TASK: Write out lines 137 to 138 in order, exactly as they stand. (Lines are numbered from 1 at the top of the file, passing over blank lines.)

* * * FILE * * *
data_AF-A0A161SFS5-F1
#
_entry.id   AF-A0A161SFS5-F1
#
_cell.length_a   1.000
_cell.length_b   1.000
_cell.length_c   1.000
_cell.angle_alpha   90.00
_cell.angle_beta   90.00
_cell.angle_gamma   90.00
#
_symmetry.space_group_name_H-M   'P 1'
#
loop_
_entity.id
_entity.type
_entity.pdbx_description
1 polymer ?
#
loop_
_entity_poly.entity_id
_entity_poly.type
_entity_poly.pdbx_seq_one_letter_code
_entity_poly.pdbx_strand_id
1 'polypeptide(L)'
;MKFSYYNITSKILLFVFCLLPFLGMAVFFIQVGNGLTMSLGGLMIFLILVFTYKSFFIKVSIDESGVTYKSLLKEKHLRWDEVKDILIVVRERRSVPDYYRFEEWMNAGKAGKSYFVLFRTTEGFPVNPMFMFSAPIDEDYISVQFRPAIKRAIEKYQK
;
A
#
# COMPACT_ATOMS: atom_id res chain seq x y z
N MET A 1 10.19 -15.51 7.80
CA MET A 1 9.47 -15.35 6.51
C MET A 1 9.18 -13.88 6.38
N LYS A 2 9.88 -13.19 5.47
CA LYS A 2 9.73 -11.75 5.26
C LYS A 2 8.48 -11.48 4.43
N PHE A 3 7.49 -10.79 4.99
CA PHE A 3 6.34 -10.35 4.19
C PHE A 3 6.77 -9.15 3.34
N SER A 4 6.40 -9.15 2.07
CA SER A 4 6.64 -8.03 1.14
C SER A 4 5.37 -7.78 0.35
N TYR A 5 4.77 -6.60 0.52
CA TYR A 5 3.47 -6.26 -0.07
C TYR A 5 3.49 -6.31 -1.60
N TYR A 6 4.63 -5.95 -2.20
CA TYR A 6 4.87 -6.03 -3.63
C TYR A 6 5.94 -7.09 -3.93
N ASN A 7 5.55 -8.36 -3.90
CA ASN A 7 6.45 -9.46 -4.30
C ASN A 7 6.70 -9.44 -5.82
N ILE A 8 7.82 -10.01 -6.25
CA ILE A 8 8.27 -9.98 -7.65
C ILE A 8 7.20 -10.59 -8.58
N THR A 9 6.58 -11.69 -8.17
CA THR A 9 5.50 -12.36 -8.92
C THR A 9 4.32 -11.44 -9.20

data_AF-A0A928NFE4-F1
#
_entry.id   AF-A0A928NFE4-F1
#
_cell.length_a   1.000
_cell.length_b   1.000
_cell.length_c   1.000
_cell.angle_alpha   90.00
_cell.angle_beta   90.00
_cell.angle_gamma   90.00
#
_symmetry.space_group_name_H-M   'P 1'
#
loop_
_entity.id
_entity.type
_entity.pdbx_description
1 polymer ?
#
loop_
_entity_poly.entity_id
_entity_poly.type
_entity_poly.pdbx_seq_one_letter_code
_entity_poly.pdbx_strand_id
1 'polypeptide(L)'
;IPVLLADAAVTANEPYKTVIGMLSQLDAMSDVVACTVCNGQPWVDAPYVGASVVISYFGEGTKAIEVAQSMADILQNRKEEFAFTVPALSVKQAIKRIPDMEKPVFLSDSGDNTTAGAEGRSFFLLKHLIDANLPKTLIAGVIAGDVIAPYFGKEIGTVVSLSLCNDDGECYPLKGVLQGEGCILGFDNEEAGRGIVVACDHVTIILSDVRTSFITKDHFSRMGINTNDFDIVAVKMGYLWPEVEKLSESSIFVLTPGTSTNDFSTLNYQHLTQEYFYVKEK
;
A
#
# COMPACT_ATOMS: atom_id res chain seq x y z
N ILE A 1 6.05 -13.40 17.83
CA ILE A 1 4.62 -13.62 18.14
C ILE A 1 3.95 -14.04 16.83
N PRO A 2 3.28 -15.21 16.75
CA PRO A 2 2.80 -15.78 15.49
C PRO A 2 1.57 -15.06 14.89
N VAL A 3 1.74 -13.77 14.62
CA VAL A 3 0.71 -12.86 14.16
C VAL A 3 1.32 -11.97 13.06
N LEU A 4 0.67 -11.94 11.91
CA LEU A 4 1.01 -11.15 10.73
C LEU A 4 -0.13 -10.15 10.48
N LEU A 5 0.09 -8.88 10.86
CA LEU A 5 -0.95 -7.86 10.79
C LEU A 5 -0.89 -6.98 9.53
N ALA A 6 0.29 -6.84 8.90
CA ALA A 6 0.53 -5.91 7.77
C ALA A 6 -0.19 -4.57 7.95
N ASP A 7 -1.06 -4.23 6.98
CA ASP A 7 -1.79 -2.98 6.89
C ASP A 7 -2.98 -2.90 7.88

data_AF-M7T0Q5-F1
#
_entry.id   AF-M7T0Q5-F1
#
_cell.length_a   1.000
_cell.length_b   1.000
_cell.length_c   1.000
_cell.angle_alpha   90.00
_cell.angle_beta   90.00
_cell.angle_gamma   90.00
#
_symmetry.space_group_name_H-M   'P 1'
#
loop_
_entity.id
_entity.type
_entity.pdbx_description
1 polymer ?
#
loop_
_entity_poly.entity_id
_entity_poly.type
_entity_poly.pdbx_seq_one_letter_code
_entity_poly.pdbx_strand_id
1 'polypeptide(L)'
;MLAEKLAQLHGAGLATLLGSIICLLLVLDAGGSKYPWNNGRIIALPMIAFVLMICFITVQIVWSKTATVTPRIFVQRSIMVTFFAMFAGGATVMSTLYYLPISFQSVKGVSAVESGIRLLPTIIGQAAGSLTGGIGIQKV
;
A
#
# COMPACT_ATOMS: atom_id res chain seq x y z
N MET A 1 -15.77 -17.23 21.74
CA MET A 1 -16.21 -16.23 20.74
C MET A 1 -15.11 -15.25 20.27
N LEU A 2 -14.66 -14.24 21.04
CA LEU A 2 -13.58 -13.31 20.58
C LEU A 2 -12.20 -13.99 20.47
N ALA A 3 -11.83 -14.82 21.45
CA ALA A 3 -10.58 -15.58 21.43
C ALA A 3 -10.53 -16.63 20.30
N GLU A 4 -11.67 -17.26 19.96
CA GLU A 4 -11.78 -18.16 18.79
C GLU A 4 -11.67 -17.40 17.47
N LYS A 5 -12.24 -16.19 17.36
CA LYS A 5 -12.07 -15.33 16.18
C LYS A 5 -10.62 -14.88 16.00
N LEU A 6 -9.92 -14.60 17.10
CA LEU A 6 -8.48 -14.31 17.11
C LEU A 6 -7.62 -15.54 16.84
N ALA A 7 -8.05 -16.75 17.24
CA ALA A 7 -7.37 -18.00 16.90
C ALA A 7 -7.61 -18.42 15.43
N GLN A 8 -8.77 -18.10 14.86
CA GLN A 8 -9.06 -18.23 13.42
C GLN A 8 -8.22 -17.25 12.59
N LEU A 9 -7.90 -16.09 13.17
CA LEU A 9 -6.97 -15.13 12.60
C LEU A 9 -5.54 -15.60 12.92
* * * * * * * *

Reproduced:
#
# COMPACT_ATOMS: atom_id res chain seq x y z